Tuesday, January 13, 2015

Writing Ordinary-Ordinary: Conferring with 4th Graders as They Write Slice of Life Stories

I was reminded today how helping writers to not to rush past their ideas represents important and challenging work. In the fourth grade class in Newark, NJ that I have been co-teaching, I showed students a slice of life story I wrote a month ago (Learning to Lie) and we discussed some of the writing techniques they saw in the piece that we have also been trying out in our notebooks. We also discussed how the slice of life story is highly focused and in may ways celebrates the ordinariness in our lives. I decided to teach this lesson as I noticed that many of the children were trying to tell such epic stories that the work was largely overwhelming. I thought a slice of life story might offer us the opportunity
to tell a more manageable story and to dig beneath the surface of our own ordinary lives.

The ordinary is, of course, fascinating. In an interview republished in 2004 by the New York Times, Andy Warhol explained to art critic David Bourdin that he was attempting to read what was not there in Warhol's work. The painter said:
I just happen to like ordinary things. When I paint them, I don't try to make them extraordinary. I just try to paint them ordinary-ordinary.
I had hoped that students might begin to dabble with the depth that comes by mining the ordinary. I had hoped that they might tell stories that were ordinary-ordinary. The students remarked that they noticed that in the story I had written, I wasn't heroic and in fact I had done something that was wrong.  They caught on to how telling such a story might well engage a reader.

So after our discussion,  I next invited the students to think about their own potential slice of life stories and when they had one in mind to partner and tell that story like juicy gossip. The partner's job was to ask questions like we had done before during another writing lesson. After this sharing,  all but two children were able to settle in and begin to write their stories.  The two girls who needed more assistance met with me on the carpet in the back of the classroom with their notebooks in hand.

"Why don't you take a look at your life map and see if there's a potential slice of life story you want to tell?" I began.
The girls opened their notebooks, looked at their maps, and after a few minutes, one said, "I could write about flying to Arizona."
"Flying to Arizona?"
"Yeah."
"I'm curious. Why were you flying there?" I asked.
"My dad was there."
"How come?"
"He was in prison there."
"In prison?"
"Yeah. He was coming back from California and the bus stopped and he didn't have the right identification and he didn't have the right papers and stuff and he was arrested and sent to prison," she explained quickly.
"Oh wow. That must have been such a shock."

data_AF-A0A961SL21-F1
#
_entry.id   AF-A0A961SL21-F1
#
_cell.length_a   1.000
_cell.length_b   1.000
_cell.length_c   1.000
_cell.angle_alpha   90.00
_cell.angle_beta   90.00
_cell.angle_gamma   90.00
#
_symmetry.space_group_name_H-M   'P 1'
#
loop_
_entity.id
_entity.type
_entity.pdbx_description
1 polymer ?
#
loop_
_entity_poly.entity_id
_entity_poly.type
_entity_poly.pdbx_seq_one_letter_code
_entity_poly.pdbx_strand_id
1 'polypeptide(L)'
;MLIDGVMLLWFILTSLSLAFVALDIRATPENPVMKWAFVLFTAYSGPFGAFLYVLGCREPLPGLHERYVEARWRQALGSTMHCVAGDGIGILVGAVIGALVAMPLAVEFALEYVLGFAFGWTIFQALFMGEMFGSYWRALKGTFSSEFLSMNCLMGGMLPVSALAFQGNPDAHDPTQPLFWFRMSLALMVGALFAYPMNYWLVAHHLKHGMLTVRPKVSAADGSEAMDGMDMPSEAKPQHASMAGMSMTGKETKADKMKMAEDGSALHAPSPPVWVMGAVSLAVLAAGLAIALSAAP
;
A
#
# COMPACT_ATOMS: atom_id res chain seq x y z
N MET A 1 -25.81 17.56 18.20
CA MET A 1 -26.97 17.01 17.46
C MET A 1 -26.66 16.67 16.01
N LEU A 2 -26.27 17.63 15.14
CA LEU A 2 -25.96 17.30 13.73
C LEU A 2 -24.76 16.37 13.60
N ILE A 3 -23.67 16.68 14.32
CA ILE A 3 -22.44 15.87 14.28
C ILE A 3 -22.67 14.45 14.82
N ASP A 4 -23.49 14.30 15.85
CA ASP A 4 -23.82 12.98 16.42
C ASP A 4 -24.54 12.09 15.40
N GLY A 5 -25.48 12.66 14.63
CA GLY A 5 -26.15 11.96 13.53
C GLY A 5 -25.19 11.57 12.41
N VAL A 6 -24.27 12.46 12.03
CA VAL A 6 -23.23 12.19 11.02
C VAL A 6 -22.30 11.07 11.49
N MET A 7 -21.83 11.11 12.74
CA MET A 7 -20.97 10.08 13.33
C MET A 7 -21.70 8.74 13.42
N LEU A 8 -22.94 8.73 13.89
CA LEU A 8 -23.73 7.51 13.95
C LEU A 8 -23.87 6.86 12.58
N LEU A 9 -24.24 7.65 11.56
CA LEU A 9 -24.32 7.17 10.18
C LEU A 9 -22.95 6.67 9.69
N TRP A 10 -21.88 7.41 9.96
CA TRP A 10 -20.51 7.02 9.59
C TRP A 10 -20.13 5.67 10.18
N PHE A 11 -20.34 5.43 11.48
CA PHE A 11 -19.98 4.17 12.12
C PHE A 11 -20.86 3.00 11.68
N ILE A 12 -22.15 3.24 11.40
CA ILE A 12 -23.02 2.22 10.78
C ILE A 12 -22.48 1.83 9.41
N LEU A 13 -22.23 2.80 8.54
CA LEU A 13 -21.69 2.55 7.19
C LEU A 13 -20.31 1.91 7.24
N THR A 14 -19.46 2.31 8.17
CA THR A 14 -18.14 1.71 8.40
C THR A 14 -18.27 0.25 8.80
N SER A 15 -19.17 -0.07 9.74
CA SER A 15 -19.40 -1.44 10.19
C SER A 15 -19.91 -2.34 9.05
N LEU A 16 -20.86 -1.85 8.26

"Yeah. It was really hard for my mom. It was a Friday morning. She got a phone call. We were watching movies."
"Where were you?"
"Snuggled in my mom's bed. We were watching movies. She doesn't like to watch scary movies at night so we were watching them in the morning. She got the phone call and then just sat and cried."  
We were both quiet for a minute or so and then she added, "It was the first time I saw my mom cry. I was 8."
"Oh my. Your story makes me feel as if I could be in the room alongside you two."
She nods her head.
"I wonder if your opening line might not be what you just said, The first time I saw my mom cry, I was 8. That's such a powerful opening."
"I know more about how my mom felt cause I was with her."
"I bet that will help when you tell the story."
"Yeah, I think so."
"I'm not sure if you know this yet, but where do you see this slice of life story ending?"
"I'm not sure." Again we're both quiet. "Maybe getting on the plane? Or when my mom got the ticket?" she offered.
"Sounds like either could be a good place to leave your reader. Do you have enough now to get started?"
She indicated yes and quickly moved to an empty table and began writing. 

Throughout most of this time, the other student listened and when I asked her if she had an idea for a story, she said, "Last year in third grade I had an attitude."
"An attitude? How so?"
"I was just like, nothing mattered. Mr. W. had to call home and he talked with my mom a lot."
"How'd that go?"
"I got a lot of punishments."
"That must have not been too good. What was causing the attitude? Did you ever figure that out?"
"Yeah. I wasn't seeing my dad. I didn't have time with him."
"That sounds like that would hurt."
"Yeah, when I finally told my mom she called him and she said he was coming on Friday to get me."
We're quiet for a moment and she added, "It got better when I could see him again."
"It?"
"My attitude."
"Hmm. How do you see your story beginning?"
"Maybe describing what I was like in class."
"How would that sound? What might that first sentence be like?"
"I don't know. Like last year, I had too much attitude in third grade."
"Sounds like a good start. Why don't you begin with that?"
She nods her head indicating yes.
"Do you think you can get started writing now?"
"Yeah."

Mining the ordinary requires us to not rush past details, but rather, to take our time and best ensure that the words we place on paper or screen match our emerging understanding of what we are trying to say. This is hard work and best learned when choice, agency, large blocks of time, and trial and error are present and permissible.  Writing well is rarely learned when writing time at school is dedicated largely to practicing writing responses to open-ended test items on high states tests like PARCC.  I mention this as I see evidence that some district leadership assumes practicing test items is akin to good writing instruction.  It is not.  It never has been.

















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